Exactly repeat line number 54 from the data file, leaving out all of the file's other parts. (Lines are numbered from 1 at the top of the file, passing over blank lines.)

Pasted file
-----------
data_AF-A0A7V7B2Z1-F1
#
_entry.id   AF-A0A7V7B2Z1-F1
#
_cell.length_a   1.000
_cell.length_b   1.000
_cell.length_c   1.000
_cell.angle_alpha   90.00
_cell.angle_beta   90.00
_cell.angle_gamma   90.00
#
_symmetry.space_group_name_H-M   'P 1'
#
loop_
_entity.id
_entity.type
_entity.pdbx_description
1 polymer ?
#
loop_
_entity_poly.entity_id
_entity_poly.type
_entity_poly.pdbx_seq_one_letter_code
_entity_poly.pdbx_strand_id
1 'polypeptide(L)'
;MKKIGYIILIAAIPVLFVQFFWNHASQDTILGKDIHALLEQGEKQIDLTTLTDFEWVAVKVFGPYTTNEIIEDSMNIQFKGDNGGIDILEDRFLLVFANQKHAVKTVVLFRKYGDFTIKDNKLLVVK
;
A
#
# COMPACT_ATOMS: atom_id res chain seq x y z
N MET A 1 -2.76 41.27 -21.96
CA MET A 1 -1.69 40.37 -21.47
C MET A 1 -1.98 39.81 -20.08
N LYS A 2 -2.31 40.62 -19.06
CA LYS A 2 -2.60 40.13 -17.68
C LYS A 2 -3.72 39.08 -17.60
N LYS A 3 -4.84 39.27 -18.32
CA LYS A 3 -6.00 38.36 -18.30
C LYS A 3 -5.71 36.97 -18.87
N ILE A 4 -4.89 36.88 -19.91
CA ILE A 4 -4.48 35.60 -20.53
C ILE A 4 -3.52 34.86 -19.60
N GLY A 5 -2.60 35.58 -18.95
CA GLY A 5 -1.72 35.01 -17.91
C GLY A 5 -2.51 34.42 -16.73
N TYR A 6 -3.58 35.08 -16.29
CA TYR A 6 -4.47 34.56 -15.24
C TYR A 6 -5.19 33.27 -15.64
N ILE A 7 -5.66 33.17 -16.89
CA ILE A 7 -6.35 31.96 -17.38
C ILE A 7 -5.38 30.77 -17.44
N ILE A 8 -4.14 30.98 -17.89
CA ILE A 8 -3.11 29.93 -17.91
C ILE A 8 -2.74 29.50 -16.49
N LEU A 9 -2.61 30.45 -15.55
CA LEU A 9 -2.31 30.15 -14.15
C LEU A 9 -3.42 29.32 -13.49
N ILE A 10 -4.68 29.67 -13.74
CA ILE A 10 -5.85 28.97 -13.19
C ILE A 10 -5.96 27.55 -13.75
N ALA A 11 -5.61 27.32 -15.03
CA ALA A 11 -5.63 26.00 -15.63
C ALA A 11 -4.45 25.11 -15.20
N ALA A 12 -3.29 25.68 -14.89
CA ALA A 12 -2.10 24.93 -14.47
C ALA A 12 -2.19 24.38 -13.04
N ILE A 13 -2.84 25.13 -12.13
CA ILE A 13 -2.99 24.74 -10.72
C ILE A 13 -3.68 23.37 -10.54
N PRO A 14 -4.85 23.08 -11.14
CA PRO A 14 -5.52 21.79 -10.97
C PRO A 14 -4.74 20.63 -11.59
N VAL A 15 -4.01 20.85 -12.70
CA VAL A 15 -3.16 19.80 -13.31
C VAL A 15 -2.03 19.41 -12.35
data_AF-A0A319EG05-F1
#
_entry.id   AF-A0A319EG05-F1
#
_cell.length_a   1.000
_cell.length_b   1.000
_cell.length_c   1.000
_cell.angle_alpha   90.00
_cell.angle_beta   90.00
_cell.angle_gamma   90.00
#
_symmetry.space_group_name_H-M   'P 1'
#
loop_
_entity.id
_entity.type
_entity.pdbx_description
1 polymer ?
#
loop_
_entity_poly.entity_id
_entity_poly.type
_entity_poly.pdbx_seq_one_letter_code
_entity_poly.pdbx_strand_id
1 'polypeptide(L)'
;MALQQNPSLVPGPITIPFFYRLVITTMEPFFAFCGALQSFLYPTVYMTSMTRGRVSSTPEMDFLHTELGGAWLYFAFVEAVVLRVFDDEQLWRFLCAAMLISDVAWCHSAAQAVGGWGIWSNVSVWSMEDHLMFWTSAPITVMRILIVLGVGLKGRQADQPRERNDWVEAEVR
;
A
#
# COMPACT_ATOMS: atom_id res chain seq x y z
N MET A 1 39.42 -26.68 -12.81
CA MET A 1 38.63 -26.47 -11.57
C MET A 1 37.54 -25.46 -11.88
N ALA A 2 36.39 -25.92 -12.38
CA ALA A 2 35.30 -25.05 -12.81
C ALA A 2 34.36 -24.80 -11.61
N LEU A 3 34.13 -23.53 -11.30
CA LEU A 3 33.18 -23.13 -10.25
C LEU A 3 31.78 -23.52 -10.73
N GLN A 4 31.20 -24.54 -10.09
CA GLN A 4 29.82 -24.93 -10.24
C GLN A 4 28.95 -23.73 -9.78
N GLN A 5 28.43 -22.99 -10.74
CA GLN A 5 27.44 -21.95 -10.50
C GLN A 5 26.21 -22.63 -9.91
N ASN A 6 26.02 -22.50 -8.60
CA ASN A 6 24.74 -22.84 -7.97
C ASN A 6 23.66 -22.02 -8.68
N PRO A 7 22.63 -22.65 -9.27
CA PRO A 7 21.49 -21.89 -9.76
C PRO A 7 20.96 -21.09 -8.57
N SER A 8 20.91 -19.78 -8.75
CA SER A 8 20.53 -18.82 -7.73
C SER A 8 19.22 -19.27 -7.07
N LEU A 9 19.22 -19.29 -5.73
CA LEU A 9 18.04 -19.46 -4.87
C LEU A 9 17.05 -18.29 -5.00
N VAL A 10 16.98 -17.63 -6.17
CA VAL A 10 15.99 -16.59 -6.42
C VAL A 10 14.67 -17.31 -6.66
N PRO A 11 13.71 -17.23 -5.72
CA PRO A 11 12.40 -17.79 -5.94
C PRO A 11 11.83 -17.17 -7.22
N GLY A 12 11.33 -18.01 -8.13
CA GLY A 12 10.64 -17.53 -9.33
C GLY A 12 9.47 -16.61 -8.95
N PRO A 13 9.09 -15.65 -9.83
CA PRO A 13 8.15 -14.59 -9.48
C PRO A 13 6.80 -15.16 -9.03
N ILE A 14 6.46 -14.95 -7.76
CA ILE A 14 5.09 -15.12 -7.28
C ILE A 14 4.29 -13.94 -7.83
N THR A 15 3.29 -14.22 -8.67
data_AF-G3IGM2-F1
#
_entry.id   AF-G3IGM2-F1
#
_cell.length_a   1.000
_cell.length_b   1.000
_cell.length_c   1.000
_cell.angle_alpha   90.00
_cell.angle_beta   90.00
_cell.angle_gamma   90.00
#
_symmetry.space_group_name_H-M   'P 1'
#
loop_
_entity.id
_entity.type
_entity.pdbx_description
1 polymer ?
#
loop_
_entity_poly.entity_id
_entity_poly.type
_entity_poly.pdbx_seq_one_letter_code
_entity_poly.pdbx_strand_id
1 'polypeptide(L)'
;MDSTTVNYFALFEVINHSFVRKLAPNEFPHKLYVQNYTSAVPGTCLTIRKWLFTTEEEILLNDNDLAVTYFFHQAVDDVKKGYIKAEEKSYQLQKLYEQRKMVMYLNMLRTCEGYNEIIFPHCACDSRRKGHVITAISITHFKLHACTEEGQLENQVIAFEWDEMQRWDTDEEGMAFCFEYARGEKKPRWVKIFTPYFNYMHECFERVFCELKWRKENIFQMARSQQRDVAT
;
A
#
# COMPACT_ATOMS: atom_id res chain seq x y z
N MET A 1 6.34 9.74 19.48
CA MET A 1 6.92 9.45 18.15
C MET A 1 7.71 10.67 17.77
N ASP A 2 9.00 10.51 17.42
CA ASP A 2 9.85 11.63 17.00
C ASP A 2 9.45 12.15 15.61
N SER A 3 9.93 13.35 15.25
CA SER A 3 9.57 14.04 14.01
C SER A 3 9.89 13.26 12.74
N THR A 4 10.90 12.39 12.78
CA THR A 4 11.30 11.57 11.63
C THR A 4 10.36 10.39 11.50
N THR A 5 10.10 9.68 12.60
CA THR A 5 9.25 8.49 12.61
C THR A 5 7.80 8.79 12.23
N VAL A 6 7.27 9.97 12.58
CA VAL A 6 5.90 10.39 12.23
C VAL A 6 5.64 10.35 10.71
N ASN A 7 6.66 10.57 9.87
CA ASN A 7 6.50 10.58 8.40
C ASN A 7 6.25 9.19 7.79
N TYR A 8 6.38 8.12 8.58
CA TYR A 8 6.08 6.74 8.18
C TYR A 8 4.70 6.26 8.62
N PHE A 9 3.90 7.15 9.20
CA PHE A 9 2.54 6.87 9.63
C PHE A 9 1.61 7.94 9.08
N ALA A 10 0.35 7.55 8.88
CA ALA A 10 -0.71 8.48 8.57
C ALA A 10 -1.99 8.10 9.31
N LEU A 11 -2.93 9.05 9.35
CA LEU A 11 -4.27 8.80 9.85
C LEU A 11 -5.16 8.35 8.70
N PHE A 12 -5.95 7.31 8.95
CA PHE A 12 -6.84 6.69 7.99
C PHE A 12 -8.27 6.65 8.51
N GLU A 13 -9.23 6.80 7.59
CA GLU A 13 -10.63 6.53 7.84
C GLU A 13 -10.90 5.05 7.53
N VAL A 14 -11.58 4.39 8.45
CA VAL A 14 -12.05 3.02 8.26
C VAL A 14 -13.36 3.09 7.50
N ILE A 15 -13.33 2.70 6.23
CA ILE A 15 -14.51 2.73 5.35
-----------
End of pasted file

C ILE A 8 -2.74 29.50 -16.49